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How We See It

Ken Hartley

Ken Hartley

January 6, 2012

Hi-Tech Card Information Theft
By: Ken Hartley, Security and Loss Prevention Officer

Gone are the days when our major concerns about the safety and protection of our credit and debit cards was the occasional “sneak-thief,” “pick-pocket,” or “purse-snatcher.” 

We now need to be wary when using automated teller machines (ATMs) and other payment processing machines. Thieves may be using hi-tech tools to capture your account information and to steal your money.

These scams are known as “card skimming” and are conducted by attaching devices to money machines that read the information on your debit and credit cards when you swipe them. When combined with a nearby concealed camera to record your personal identification number (PIN), the thieves can get everything they need to drain your account or to make unauthorized purchases. In addition to using the information directly, thieves may sell your information to others.

ATMs and automated payment machines in airports, convenience stores, hotel lobbies, and other well-traveled public places may be most vulnerable to thieves who may think these machines are not regularly inspected by the machine owners. The skimmer, which is placed over the actual spot on an ATM where you insert your card, reads the magnetic strip or computer chip on your card and transmits your account information to the thieves or saves the information until the skimmer is retrieved.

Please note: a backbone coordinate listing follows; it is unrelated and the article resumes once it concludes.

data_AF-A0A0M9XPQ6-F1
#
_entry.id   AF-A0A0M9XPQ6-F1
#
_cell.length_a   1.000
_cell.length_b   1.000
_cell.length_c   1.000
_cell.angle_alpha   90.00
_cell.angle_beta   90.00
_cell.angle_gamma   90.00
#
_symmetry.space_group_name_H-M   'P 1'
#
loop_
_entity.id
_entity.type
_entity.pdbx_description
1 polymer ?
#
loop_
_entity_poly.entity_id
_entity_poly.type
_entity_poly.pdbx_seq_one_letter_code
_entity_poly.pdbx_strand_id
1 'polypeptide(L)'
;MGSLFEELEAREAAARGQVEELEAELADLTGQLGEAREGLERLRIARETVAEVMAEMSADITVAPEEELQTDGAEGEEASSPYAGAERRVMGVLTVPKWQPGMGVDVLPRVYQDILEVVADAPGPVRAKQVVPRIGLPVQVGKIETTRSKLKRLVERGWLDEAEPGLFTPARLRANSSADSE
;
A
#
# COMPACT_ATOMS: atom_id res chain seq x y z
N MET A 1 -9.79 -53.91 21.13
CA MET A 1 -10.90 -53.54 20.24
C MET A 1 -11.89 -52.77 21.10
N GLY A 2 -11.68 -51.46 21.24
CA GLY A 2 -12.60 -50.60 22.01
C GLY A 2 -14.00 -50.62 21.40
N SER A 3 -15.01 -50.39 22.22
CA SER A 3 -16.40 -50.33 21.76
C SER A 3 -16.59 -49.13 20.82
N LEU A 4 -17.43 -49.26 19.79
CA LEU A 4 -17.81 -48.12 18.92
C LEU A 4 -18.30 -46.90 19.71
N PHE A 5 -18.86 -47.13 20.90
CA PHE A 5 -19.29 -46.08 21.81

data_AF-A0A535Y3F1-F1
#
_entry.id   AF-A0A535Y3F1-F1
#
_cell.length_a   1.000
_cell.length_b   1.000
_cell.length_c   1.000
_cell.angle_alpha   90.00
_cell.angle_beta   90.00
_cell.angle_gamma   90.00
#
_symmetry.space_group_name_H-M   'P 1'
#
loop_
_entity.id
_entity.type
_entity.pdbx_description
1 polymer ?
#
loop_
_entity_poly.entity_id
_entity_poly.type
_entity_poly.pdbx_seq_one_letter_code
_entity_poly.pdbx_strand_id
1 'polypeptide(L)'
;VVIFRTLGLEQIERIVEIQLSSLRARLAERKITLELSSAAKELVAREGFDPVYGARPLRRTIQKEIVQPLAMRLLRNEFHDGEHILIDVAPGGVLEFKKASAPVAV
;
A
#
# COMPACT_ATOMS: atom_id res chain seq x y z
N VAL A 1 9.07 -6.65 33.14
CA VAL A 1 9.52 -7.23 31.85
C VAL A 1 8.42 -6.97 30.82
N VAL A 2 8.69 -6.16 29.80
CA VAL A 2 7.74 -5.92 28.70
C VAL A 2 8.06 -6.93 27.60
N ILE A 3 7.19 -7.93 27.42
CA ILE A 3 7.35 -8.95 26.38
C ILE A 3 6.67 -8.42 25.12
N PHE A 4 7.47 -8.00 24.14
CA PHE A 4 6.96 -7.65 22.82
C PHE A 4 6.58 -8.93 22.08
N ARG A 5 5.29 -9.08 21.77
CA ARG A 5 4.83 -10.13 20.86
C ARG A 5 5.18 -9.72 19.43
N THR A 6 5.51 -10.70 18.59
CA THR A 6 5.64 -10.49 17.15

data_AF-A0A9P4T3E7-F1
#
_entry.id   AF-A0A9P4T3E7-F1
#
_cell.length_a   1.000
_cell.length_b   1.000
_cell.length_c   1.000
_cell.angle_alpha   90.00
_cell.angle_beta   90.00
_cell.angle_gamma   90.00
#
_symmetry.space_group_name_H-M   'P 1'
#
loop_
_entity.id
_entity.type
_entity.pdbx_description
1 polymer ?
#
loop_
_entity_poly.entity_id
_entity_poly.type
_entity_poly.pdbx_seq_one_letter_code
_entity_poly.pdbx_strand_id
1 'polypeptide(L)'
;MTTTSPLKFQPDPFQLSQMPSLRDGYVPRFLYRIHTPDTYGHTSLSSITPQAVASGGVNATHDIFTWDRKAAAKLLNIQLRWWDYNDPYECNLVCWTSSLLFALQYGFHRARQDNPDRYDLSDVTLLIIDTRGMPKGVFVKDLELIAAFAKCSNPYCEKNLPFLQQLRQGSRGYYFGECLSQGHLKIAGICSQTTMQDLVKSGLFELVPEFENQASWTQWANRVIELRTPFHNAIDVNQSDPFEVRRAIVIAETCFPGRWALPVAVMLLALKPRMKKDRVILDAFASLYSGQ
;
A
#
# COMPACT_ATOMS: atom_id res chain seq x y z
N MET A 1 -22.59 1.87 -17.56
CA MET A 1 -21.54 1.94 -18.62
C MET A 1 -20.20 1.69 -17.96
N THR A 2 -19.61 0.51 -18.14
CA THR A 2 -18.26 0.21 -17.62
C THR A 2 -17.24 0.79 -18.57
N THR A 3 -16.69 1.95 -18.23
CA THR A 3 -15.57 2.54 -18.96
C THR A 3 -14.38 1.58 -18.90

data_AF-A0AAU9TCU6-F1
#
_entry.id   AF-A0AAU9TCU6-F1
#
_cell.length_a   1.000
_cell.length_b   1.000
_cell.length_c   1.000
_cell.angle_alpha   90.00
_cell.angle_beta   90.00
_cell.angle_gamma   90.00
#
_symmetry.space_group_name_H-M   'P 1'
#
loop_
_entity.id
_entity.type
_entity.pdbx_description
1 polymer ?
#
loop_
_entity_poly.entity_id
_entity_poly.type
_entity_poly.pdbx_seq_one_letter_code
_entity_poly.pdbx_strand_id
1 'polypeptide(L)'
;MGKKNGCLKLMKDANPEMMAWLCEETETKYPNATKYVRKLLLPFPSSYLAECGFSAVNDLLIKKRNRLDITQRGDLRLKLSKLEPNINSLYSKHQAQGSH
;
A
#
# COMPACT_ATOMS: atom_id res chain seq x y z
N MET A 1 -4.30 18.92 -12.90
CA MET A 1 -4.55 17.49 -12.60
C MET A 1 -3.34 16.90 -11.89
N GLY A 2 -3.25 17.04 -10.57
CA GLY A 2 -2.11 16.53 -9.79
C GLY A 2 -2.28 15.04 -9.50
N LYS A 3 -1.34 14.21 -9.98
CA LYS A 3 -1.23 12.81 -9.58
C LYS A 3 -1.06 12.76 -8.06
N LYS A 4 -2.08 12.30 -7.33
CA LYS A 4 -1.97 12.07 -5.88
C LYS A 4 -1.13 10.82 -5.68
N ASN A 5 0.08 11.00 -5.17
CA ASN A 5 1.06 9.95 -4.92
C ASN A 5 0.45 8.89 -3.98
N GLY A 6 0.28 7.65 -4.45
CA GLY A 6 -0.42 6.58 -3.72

Before using an ATM, it’s always a good idea to examine nearby objects that might conceal a camera.  In addition, check the card slot for signs that it has been tampered with before inserting your card.  

If you notice someone watching you or if you sense something wrong with the machine, simply walk away and immediately report your suspicions to the company operating the machine or a nearby law enforcement officer.

Due to advanced technology, skimming devices are becoming smaller and more powerful, which gives thieves an opportunity to go beyond ATM machines and have them implemented into our favorite restaurants.  These devices are small enough for an employee to conceal in their pockets and use without detection when you provide the card for payment.

You can reduce the risk of fraud or financial crime at ATMs by following these suggestions:

  • Be aware of your surroundings. If the ATM is poorly lit, in a concealed location, or if you just do not feel comfortable using it, use another machine. Avoid counting cash or rummaging through personal items while at the ATM.
  • Guard your PIN. Memorize it and never write it down. Cover the keypad when you enter your PIN, and if you notice suspicious activity, cancel your transaction. You should also take your receipt with you, as it may contain personal information that could be helpful to identity thieves.
  • Secure your vehicle.  When using a drive-through ATM, lock car doors and roll up other windows. If you walk up to the ATM, don’t leave your car running or unlocked. And never leave ATM cards or credit cards in your car’s glove compartment.
  • Guard your space.  When using an indoor ATM that requires your card for access, avoid letting unknown people in your space.
  • Report theft and deter unauthorized use of your cards.  Report lost or stolen cards immediately, and sign the new or replacement card as soon as you receive it.



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